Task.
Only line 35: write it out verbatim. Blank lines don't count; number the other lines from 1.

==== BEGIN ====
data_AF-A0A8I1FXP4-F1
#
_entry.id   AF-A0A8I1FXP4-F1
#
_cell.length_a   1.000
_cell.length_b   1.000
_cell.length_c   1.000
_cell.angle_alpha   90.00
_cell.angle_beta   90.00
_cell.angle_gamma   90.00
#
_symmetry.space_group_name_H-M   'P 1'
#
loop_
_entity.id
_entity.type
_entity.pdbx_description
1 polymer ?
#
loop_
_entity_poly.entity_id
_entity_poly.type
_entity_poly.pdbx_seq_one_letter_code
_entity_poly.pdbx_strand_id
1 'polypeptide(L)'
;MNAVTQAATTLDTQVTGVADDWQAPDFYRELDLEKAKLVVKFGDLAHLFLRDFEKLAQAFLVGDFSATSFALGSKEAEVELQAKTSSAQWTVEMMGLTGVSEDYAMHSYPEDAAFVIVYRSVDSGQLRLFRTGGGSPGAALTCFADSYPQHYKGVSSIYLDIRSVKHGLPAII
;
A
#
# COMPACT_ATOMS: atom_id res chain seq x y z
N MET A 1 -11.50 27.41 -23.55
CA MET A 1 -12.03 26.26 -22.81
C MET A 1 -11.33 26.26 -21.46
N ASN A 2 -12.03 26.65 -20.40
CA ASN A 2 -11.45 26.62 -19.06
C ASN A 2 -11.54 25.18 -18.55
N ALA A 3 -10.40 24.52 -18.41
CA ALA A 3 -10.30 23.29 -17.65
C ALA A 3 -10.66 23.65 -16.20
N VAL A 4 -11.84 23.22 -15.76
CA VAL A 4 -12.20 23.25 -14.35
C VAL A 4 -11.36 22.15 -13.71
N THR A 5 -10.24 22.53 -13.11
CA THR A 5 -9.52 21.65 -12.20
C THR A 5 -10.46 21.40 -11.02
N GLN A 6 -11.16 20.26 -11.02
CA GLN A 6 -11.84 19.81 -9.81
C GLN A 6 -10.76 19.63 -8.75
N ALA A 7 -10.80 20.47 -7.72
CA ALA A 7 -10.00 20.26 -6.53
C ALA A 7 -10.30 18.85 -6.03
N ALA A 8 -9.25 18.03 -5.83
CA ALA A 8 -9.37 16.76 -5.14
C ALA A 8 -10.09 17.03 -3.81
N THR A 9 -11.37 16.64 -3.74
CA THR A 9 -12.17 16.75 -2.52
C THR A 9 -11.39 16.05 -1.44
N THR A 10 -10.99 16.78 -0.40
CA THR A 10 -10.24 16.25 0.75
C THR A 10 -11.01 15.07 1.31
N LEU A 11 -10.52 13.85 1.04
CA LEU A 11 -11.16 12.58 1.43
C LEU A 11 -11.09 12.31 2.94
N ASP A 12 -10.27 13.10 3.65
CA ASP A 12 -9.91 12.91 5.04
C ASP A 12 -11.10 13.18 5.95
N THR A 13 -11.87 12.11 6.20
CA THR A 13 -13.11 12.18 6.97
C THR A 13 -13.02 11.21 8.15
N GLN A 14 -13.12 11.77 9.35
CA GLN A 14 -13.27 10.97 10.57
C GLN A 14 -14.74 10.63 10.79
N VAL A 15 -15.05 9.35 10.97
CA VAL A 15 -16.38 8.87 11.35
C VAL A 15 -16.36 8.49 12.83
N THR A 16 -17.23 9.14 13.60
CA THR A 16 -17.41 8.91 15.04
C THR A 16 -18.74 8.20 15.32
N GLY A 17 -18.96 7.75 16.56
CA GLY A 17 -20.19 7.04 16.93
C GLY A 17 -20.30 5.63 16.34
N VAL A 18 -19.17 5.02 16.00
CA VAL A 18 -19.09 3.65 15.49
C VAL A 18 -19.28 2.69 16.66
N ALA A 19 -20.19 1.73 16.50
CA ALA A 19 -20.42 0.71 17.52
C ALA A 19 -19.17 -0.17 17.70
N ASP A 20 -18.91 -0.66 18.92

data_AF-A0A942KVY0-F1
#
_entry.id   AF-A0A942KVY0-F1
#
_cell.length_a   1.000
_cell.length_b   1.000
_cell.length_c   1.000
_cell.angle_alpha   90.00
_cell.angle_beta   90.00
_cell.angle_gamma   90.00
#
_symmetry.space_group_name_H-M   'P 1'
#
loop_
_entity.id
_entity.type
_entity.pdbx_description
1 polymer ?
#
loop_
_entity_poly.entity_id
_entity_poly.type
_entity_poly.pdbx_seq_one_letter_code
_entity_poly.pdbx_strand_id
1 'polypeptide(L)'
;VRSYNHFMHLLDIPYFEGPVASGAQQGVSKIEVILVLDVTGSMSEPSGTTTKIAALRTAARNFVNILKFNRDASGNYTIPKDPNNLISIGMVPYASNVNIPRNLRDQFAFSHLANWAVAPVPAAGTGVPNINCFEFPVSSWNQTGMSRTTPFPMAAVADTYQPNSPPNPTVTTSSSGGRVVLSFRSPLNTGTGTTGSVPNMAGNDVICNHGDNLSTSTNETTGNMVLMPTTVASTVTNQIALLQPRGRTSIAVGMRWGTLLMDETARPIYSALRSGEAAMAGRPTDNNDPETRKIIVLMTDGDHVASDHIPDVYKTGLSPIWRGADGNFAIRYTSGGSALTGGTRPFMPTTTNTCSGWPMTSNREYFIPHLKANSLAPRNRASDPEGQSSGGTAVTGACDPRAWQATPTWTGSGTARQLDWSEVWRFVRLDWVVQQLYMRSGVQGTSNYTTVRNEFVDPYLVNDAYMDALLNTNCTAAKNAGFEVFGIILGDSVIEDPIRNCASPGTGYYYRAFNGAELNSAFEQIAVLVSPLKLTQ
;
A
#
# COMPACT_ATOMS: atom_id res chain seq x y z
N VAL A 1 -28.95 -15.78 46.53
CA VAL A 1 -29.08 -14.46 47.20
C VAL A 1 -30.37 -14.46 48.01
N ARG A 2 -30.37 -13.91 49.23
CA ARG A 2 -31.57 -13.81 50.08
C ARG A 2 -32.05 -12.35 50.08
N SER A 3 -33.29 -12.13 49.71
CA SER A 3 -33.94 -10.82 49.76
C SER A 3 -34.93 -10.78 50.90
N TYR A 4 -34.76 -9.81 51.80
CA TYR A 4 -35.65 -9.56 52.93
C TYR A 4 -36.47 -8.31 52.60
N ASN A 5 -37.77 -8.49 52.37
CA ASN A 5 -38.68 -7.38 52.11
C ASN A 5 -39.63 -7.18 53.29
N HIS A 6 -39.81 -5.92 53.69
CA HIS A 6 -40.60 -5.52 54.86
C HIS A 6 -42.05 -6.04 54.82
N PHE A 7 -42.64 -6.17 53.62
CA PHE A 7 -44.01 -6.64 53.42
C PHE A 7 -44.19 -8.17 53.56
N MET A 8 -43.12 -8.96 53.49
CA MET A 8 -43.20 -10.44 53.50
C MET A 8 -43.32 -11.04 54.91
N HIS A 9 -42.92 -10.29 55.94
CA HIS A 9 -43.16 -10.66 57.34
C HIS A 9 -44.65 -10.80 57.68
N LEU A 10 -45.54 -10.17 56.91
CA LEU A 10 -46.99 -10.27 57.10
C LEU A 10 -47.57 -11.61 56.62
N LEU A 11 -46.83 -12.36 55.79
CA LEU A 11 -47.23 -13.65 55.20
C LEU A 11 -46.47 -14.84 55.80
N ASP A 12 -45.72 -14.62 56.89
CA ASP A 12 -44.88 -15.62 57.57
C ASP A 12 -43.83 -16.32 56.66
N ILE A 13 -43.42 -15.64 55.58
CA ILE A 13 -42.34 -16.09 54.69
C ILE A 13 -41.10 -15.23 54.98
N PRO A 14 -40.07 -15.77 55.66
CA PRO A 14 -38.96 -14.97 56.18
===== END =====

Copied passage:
CA ASN A 2 -11.45 26.62 -19.06